As with all factory-farmed birds, chickens raised as meat are often genetically altered to grow extremely large. Hens may be uncaged on free range farms; however, they are often still confined to cramped indoor spaces at night. While some organic certification agencies require that laying hens must be given food and water during molting periods, factors such as confinement, mutilation (cutting off of chicken beaks, for example), transportation, and other animal welfare issues are not taken into consideration. This means animals can still get extremely sick which poses health threats to those who consume them.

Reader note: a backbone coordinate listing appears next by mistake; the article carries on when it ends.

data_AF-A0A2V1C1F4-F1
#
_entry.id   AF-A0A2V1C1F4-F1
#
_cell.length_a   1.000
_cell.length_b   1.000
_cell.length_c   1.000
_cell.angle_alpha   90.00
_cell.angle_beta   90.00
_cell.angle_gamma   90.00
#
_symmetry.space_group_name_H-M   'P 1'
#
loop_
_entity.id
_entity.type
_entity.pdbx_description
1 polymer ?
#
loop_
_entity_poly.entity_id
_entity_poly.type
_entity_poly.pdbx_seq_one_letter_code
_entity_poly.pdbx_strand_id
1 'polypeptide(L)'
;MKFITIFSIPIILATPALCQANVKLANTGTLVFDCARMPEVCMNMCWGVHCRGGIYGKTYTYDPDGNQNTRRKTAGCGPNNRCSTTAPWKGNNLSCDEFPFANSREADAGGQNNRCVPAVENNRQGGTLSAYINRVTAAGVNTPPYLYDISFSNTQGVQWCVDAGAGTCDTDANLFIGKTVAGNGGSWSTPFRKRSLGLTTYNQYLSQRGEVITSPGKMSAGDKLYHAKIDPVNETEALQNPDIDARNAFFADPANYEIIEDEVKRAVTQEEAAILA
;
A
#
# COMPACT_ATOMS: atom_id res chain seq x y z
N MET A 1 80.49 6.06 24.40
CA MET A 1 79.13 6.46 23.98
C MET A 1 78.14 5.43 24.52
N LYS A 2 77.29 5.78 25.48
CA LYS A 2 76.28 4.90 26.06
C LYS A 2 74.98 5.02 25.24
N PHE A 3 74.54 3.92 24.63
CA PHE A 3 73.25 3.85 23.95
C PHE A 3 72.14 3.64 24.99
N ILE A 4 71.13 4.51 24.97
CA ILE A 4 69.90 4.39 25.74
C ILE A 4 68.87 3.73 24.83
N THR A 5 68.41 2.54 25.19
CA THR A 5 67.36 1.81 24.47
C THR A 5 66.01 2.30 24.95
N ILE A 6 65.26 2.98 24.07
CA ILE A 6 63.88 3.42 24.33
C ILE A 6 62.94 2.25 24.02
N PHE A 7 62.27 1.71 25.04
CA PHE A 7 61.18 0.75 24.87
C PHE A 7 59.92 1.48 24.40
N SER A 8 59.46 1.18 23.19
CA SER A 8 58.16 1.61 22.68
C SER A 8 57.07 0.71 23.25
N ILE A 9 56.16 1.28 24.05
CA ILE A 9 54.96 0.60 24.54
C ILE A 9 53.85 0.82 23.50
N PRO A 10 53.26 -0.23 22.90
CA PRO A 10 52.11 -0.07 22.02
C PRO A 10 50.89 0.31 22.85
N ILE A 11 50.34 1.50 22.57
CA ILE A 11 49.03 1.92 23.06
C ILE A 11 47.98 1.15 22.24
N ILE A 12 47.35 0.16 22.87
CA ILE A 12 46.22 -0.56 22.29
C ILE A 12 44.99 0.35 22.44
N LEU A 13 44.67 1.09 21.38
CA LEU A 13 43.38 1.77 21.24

There are many issues to be considered before consuming factory-farmed animals including detrimental effects on the environment, dangers to human health, cruelty to animals, and decreasing supplies of water being used to raise meat. Consider carefully, too, all "free range" and "organic" claims as these are often misleading. Best of all, and best for human health, consider eating lower on the food chain!















Kent McGroarty is a freelance writer. She is a frequent contributor to EDGE'S Style, Travel, Health, and Fitness channels. Contact her at [email protected].